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Big Hero 6 (2014)
Movie Reviews

Big Hero 6 (2014)

A cynical exercise in intentionally creating something that can easily be packaged and sold in toy stores, theme parks, and gift shops.

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Back in 1951, when Disney’s animated version of Alice in Wonderland was first released, Walt Disney himself claimed that it “lacked heart,” which he felt was the reason behind its disappointing critical and commercial reception. If he were alive today, he would probably say the exact same thing about Disney’s newest 3D animated film, Big Hero 6. Even if he wouldn’t say it, I’m saying it now. This movie is a toyetic travesty – a cynical exercise in intentionally creating something that can easily be packaged and sold in toy stores, costume outlets, arcades, gift shops, and theme parks. Yes, I’m well aware that Disney is known for merchandising their animated films within an inch of their lives, but in most cases, it all stems from movies that are charming, fun, heartwarming, and triumphs of craft. Big Hero 6 looks and feels as if it had been mass produced in a factory.

Perhaps the issue is that this is the first Disney animated film to be adapted from a comic book – specifically a Marvel comic book, and how convenient that Disney is the parent company of Marvel Entertainment. It’s one thing to gear escapist, generally mindless superhero spectacles towards the key demographic of teenagers and twentysomethings, since they’re old enough to take special effects and scenes of relentless frenetic activity with a grain of salt. But when it’s deliberately geared towards younger children, who are not only the primary audience for Disney’s animated films but are also fresh-faced, creative, and curious, it comes off as indoctrination, a way to numb young imaginations to genuine storytelling and develop a dependence for garbage like the Transformers films. I cannot fathom having to list this film alongside classics like Snow White and the Seven Dwarfs, Pinocchio, Beauty and the Beast, and The Hunchback of Notre Dame.

The film is set in a fictional version of San Francisco, which has, for reasons never once given, has been given a Japanese architectural facelift and has been renamed San Fransokyo. Here we meet Hiro Hamada (voiced by Ryan Potter), a wayward teenage robotics genius; despite the fact that he graduated high school at the age of thirteen and has the necessary qualifications to attend college, he instead spends his time competing in underground robot fights and illegally betting on them. Although he finally does decide to give college a try when given a tour of a prestigious tech university, he gives up on it when his beloved older brother dies in an explosion at a science expo. He instead makes it his mission to discover how and why his brother died. He has reason to believe a mysterious figure in a kabuki mask might have something to do with it, since he somehow got a hold of Hiro’s micro robots, which can be telepathically manipulated into any shape.

Helping Hiro along is one of his brother’s science projects, a robot nurse named Baymax (voiced by Scott Adsit), who has a mechanically pleasant voice and has been padded with an inflatable body, making him look like a big, portly white balloon. Many of the film’s jokes are built upon the fact that, for all of his medical programming, he has no understanding of human personality quirks or everyday expressions. Of course he wouldn’t. He is, after all, a robot. Why, then, does a low battery and a deflated body equate to him acting like a drunk, slurring his words and saying the wrong things at the wrong time? Be that as it may, Hiro eventually gives Baymax an upgrade, implanting an extra chip that supplements his bedside manner with karate moves and outfitting him with rocket boosters, a detachable rocket-powered fist, and superhero armor that makes him look like Iron Man’s rather husky twin brother.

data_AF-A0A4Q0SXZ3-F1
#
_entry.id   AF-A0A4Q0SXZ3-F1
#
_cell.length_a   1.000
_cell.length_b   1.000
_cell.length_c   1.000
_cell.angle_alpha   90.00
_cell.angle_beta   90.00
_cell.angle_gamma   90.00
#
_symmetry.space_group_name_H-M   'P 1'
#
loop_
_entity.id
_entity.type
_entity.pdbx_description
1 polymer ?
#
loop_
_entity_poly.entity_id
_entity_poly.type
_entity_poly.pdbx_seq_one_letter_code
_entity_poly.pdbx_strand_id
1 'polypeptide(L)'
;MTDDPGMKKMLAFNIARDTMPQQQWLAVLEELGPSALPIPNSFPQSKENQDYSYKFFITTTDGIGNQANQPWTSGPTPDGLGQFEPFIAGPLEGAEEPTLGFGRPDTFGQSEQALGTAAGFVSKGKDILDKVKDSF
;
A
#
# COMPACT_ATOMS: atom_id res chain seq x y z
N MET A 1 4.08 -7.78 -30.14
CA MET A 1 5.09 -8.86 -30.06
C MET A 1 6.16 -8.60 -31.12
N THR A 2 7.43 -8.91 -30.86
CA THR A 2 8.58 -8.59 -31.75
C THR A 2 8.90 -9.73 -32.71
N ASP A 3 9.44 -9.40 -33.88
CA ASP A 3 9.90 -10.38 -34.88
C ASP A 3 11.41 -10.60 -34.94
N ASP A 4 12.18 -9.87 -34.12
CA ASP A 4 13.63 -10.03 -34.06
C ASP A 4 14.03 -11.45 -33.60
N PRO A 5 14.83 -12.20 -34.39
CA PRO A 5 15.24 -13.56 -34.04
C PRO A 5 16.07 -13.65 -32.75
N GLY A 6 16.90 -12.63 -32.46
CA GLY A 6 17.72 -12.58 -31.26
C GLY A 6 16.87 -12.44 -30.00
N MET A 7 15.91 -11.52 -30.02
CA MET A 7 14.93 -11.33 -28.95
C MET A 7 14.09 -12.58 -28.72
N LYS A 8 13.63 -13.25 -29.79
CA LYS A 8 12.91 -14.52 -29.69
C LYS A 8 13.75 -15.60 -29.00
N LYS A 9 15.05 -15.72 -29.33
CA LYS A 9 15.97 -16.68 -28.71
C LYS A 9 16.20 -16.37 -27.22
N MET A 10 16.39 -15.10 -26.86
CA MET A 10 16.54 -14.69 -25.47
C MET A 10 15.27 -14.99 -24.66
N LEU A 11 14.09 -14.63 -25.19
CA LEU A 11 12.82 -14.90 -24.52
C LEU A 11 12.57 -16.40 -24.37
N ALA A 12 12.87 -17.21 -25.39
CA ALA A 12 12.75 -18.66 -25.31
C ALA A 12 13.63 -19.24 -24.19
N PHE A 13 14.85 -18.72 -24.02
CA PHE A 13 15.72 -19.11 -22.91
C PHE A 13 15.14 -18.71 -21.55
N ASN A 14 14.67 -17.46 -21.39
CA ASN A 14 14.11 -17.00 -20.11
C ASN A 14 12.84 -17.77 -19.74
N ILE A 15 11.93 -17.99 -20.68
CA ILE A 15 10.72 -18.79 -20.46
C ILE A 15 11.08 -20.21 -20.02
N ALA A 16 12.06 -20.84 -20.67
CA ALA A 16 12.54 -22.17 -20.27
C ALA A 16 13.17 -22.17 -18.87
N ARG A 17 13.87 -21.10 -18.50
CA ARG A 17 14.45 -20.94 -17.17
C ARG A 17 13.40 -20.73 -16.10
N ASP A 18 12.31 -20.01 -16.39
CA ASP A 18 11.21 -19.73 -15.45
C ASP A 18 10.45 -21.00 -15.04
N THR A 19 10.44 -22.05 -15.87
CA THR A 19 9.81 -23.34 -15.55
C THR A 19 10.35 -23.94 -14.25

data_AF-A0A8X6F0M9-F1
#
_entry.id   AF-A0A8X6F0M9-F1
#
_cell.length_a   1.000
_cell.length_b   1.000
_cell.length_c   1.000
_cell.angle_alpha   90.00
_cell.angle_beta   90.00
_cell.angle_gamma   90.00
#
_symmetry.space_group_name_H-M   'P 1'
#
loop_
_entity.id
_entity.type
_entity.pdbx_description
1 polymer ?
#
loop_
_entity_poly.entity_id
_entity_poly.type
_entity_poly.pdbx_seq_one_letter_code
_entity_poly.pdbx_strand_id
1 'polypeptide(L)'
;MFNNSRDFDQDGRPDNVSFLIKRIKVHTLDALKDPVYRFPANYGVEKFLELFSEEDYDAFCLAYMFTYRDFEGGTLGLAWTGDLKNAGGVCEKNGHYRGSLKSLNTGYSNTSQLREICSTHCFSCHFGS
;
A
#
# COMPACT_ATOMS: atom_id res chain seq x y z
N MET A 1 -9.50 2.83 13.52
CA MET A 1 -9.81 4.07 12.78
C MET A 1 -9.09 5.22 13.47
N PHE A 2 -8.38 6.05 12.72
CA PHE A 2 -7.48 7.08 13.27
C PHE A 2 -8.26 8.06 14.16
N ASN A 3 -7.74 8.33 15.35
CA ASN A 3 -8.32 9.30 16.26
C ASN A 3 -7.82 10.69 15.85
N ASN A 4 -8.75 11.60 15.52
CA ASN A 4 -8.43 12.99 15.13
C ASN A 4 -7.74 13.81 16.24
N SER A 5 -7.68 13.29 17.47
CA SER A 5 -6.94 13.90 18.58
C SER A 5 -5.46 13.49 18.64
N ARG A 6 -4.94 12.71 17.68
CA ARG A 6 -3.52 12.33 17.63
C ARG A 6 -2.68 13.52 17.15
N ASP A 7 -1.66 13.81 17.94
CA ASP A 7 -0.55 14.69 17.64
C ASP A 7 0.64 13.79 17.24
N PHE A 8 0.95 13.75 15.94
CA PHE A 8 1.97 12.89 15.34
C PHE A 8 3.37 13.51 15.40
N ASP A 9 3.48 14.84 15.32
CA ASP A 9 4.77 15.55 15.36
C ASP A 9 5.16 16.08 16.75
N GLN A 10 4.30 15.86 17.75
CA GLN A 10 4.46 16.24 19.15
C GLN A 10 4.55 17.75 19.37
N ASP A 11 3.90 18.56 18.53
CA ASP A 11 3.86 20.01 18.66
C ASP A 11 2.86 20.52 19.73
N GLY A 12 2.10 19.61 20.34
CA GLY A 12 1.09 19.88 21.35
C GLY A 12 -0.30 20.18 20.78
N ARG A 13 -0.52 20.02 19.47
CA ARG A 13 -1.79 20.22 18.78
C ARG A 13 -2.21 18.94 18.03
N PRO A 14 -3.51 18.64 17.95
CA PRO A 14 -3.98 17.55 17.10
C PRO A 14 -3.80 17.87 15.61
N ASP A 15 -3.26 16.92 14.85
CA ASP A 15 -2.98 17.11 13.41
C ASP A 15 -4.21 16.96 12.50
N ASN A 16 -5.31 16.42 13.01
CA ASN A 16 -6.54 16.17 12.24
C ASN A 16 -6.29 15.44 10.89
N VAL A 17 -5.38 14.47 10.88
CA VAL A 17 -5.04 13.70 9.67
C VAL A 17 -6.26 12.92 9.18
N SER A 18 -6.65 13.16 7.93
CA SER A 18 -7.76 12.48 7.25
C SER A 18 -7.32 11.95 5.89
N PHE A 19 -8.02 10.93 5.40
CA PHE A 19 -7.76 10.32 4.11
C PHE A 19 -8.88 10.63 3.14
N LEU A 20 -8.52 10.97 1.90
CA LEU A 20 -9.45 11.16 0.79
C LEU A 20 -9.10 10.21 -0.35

Also helping Hiro along are four of his new college-age friends with Asian-influenced nicknames, who are typical in the sense that they’re eccentric and comical side characters, although not in the sense that they’re engaging. We have: Wasabi (voiced by Damon Wayans, Jr.), a slightly neurotic neat freak; Honey Lemon (voiced by Genesis Rodriguez), a bubbly, excitable chemistry expert; GoGo Tomago (voiced by Jamie Chung), a gum-chewing athletic type with a disaffected attitude; and Fred, a.k.a. Fredzilla (voiced by T.J. Miller), the laid-back comic book fan who actually comes from a ridiculously wealthy family. Like Baymax, Hiro and his friends will all be given superhero upgrades, which of course means that they will eventually engage in hyperactive battle with the man in the kabuki mask as Henry Jackman’s rock-heavy score pounds away on the soundtrack.

If there’s anything we’ve learned from the films of the Marvel Cinematic Universe – which began in 2008 with Iron Man, and will continue next summer with the release of the Avengers sequel – it’s that Stan Lee will somehow make a cameo appearance. It seems that tradition is being kept alive in Big Hero 6. But one wonders: Are young children, who the film is aimed squarely at, likely to pick up on this longstanding cinematic inside joke? A great many of those in attendance at the film’s screening did not appear to have been born in 2008, which is to say they can’t be expected to know who Stan Lee is and therefore can’t be expected to get the joke. If filmmakers had had any insight whatsoever, they would have bypassed Disney’s animation studio altogether and made the film in live action, thus avoiding having the film promoted to the wrong audience.

About the Author: Chris Pandolfi